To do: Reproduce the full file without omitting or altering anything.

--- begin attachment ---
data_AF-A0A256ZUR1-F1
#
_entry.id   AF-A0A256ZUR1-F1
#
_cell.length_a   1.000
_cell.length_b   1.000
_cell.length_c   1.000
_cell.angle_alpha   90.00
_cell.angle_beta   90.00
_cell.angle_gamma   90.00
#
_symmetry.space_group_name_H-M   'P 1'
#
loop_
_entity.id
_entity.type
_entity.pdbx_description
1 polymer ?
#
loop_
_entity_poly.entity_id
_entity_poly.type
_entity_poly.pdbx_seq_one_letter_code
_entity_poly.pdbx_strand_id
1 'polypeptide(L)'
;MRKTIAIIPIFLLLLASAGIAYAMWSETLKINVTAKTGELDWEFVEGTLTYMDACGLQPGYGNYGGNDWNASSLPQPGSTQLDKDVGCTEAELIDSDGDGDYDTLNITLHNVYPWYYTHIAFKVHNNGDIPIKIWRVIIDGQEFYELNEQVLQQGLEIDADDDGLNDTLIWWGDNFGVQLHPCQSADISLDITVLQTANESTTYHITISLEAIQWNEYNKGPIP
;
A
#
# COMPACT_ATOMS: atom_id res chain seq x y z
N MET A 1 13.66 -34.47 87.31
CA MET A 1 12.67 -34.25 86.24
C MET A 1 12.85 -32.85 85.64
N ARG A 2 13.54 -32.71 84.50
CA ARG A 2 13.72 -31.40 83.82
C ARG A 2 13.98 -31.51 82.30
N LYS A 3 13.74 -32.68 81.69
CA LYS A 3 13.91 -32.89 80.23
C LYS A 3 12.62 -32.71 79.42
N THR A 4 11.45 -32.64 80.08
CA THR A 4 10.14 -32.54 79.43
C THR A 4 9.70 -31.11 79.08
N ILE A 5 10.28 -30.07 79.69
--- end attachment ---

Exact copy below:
data_AF-A0A256ZUR1-F1
#
_entry.id   AF-A0A256ZUR1-F1
#
_cell.length_a   1.000
_cell.length_b   1.000
_cell.length_c   1.000
_cell.angle_alpha   90.00
_cell.angle_beta   90.00
_cell.angle_gamma   90.00
#
_symmetry.space_group_name_H-M   'P 1'
#
loop_
_entity.id
_entity.type
_entity.pdbx_description
1 polymer ?
#
loop_
_entity_poly.entity_id
_entity_poly.type
_entity_poly.pdbx_seq_one_letter_code
_entity_poly.pdbx_strand_id
1 'polypeptide(L)'
;MRKTIAIIPIFLLLLASAGIAYAMWSETLKINVTAKTGELDWEFVEGTLTYMDACGLQPGYGNYGGNDWNASSLPQPGSTQLDKDVGCTEAELIDSDGDGDYDTLNITLHNVYPWYYTHIAFKVHNNGDIPIKIWRVIIDGQEFYELNEQVLQQGLEIDADDDGLNDTLIWWGDNFGVQLHPCQSADISLDITVLQTANESTTYHITISLEAIQWNEYNKGPIP
;
A
#
# COMPACT_ATOMS: atom_id res chain seq x y z
N MET A 1 13.66 -34.47 87.31
CA MET A 1 12.67 -34.25 86.24
C MET A 1 12.85 -32.85 85.64
N ARG A 2 13.54 -32.71 84.50
CA ARG A 2 13.72 -31.40 83.82
C ARG A 2 13.98 -31.51 82.30
N LYS A 3 13.74 -32.68 81.69
CA LYS A 3 13.91 -32.89 80.23
C LYS A 3 12.62 -32.71 79.42
N THR A 4 11.45 -32.64 80.08
CA THR A 4 10.14 -32.54 79.43
C THR A 4 9.70 -31.11 79.08
N ILE A 5 10.28 -30.07 79.69